“The human botfly (Dermatobia hominis) is a species of fly from the family Oestridae that is well-known for its love of human flesh, and its “interesting” means of parasitizing humans —bot fly larvae develop within the subcutaneous layers of human skin. And, yes, those who are unfortunate enough to become temporary hosts to the larvae can expect to feel them moving around underneath their skin”.
Bot flies are known by several names, human bot fly, warble flies, heel flies, gadflies, torsalo (Central America), moyocuil (Mexico), berne (Brasil), mucha (Columbia), mirunta (Peru), and ura (Agentina, Paraguay, and Uruguay. Their larvae are internal parasites of mammals, some species growing in the host’s flesh and others within the gut. The word “bot” is in reference to “a maggot”.
Adult bot flies do not feed, and live only a short time. Botflies are obligate parasites of vertebrates. Their larvae must undergo development inside a warm-blooded host.
The distribution of Dermatobia hominis bot fly includes Mexico, Costa Rica, Central and South America. In the U.S., cases usually occur in travelers who have visited endemic areas.
Bot flies (Order Diptera, Family Cuterebridae) are stout bodied, large, hairy flies that resemble bumblebees.
The adult bot fly is 12 to 18 mm long with a wide array of colors and their face is yellow with a metallic blue abdomen and orange legs and each body segment is covered with hairs which give the fly a bumblebee appearance.
“The botfly egg is deposited by a mosquito or sometimes by another insect. The larva grows in the host’s body until it is fairly large. The botfly larva can easily be killed by taking away its air supply — by putting vaseline or similar on the skin where the lump is, but then you still have to extract the larva. Adult botflies have nonfunctional mouthparts and do not feed. Larvae of this species parasitize wild and domestic rabbits. Females deposit their eggs in or near the entrance of their host’s burrow. Bot fly larvae penetrate their host through the skin or natural body openings after hatching. The larvae form a tumor (called a warble) in the subdermal zones of their host and remain at this location until larval development is complete. Larval development varies among species, ranging from 20 to 60 days. Before pupating, the larvae leave the host’s skin and drop to the soil.
Generally, the host is not severely damaged by this parasite. The majority of the injury occurs when the larvae exit the host through the warble. Parasitism by the botfly does not affect the edibility of the rabbit (assuming you eat rabbit), generally the area adjacent to the warble is trimmed away, and the rest of the rabbit is suitable to eat,” explains Ambergriscaye.com.
Cattle and dogs are the most common hosts for the human bot fly. They can also be found in many warm-blooded animals that include sheep, rabbits, pigs, monkeys, humans, dogs, cats, cattle and buffalo.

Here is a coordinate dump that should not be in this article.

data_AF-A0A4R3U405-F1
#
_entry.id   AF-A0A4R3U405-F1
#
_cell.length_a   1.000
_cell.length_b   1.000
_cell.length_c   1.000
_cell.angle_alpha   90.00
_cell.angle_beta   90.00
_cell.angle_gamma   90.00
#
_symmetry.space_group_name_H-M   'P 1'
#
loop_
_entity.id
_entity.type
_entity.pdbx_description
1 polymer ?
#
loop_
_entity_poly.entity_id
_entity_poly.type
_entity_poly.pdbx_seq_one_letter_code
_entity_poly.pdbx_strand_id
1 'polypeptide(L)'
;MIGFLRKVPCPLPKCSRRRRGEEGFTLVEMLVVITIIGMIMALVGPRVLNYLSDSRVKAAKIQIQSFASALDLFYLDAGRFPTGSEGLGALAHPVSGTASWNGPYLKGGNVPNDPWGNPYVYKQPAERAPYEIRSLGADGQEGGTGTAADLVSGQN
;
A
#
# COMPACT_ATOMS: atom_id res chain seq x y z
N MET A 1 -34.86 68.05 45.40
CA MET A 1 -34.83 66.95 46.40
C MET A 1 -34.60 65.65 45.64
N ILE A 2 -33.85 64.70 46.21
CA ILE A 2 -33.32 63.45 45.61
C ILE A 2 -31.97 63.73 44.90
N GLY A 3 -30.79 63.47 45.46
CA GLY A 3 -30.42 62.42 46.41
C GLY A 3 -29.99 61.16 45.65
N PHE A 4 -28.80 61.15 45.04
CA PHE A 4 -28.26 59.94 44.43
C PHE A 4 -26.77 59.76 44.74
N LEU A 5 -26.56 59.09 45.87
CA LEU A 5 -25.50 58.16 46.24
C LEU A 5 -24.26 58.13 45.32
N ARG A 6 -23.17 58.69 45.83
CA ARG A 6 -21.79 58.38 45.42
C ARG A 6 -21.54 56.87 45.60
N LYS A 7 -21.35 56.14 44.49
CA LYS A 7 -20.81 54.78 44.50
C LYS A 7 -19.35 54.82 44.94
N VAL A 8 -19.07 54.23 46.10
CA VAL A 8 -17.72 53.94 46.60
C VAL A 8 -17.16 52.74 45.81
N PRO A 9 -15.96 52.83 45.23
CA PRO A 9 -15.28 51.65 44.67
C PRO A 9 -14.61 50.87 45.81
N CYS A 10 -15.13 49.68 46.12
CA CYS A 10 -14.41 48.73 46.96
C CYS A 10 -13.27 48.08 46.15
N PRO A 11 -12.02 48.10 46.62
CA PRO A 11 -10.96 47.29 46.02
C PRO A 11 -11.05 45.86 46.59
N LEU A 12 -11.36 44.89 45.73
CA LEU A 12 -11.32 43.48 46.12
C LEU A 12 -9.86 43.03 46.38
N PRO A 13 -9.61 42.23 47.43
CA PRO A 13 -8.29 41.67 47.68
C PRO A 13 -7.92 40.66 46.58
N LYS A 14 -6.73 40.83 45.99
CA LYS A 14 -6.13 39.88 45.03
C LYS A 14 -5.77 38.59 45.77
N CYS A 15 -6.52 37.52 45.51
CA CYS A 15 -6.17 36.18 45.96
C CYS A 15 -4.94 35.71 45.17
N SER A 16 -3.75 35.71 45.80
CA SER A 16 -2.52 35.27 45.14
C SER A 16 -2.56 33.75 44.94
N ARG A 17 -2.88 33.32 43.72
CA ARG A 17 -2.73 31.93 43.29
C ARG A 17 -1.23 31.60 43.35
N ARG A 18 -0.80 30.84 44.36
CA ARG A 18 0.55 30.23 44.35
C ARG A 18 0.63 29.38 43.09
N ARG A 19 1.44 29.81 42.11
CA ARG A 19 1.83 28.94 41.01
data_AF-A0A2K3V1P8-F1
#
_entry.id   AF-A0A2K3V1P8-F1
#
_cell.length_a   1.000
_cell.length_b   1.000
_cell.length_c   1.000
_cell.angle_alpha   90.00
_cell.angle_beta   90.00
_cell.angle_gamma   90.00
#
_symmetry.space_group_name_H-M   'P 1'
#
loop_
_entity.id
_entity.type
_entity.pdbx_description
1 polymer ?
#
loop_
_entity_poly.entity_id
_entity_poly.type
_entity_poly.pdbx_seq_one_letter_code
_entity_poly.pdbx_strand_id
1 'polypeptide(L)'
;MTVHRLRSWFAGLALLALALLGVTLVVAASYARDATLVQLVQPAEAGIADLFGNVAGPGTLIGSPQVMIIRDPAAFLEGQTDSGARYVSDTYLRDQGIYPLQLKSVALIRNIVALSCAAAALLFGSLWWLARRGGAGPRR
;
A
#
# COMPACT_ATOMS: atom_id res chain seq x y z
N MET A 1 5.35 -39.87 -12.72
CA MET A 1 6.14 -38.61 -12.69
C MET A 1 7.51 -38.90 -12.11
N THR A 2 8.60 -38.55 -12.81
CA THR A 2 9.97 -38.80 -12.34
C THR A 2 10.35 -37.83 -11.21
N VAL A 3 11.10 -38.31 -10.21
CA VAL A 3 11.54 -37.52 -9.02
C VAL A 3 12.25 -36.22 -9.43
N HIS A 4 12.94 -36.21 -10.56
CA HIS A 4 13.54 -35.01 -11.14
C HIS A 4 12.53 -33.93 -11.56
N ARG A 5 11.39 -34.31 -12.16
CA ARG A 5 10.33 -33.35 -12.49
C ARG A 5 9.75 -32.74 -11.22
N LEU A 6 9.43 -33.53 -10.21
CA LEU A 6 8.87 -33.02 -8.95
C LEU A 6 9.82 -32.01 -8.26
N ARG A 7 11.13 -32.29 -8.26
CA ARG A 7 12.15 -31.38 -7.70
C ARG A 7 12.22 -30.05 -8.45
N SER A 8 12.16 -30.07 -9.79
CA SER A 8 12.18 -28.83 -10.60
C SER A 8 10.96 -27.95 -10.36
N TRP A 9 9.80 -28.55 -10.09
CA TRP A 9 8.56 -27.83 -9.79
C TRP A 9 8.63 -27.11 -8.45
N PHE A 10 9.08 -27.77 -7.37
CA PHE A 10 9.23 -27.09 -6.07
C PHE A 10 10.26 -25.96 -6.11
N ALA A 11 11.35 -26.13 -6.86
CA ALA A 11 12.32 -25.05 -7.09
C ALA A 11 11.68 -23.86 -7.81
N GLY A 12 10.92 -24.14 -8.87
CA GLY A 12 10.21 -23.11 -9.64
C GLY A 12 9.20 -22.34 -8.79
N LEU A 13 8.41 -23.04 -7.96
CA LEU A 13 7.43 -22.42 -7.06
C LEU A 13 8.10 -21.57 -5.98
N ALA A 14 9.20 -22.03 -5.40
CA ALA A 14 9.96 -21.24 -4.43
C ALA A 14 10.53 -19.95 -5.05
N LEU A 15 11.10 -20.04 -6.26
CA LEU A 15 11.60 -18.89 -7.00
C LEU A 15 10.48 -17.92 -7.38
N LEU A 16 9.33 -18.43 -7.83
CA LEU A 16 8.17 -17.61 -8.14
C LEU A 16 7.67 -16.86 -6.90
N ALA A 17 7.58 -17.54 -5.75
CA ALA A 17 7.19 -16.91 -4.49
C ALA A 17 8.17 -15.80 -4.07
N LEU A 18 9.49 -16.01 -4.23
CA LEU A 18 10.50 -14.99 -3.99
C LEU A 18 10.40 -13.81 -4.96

The bot fly insect lays its eggs on a mosquito and the eggs hatch when the mosquito feeds on a host. This insect also can humans hatch in you. While the maggot feeds on you as the host, it has to have a hole in the skin so it can continue to breath. The process takes approximately 6 weeks to complete development on its host.
According to IFAS University of Florida, cases of human Dermatobia hominis myiasis reported from non-indigenous people are diagnosed when travelers bring the parasite back with them from Central and South America. Haruki et al. (2005) reported 33 cases of Dermatobia hominis in Japan from 1974-2005 as a result of overseas travel to Central and South America. One third of the reported cases occurred during the last six years of the study. Six different studies have documented seven reported cases of Dermatobia hominis myiasis in the United States since 1999 (Lawson et al. 2005, Liebert et al. 2004, Maier et al. 2004, Marty et al. 2005, Millikan 1999, Sampson et al. 2002). All the patients with confirmed Dermatobia hominismyiasis had recently been to Central or South America”.
“Dermatobia hominis larvae cause a raised lesion in the skin that becomes hard and sometimes painful. In some cases the patients can feel the larvae moving when they shower or cover the wound (Haruki et al. 2005, Sampson et al. 2001). The host reacts with elevated white cell counts and a high amount of macrophages can be found around the wound. For this reason, the lesion often secretes pus. There are several treatment options for treatment of Dermatobia hominis myiasis. The most conventional way of removing the larvae is with a simple surgical procedure that includes local anesthesia. Using a scalpel to cut a slit to enlarge the wound, the larvae can be taken out.
Dermatobia hominis survives in its host by breathing through spiracles that are flush with the skin. In order to coax the larva out, the spiracles need to be covered. They can be covered with bacon, petroleum jelly, beeswax, or any other thick substance that prevents the larvae from breathing. The larvae will come up out of the lesion to breathe allowing it to be removed with forceps.
In some cases the larva maybe popped out by applying pressure around the wound. Tamir et al. (2003b) cited a technique that used two wooden spatulas to apply pressure to pop the larva out. There may be some difficulty with this method due to the spines that anchor the larvae in the wound.
Several authors (Diaz et al. 2006, Kahn 1999, Safdar et al. 2003, Tamir et al. 2003b) have cited the use of lidocaine injections underneath the cyst. This creates pressure that pushes the larva out. After any of these procedures, antibiotics are given to prevent infection. The wound should heal in one to two weeks with little or no scarring,” reports IFAS University of Florida.
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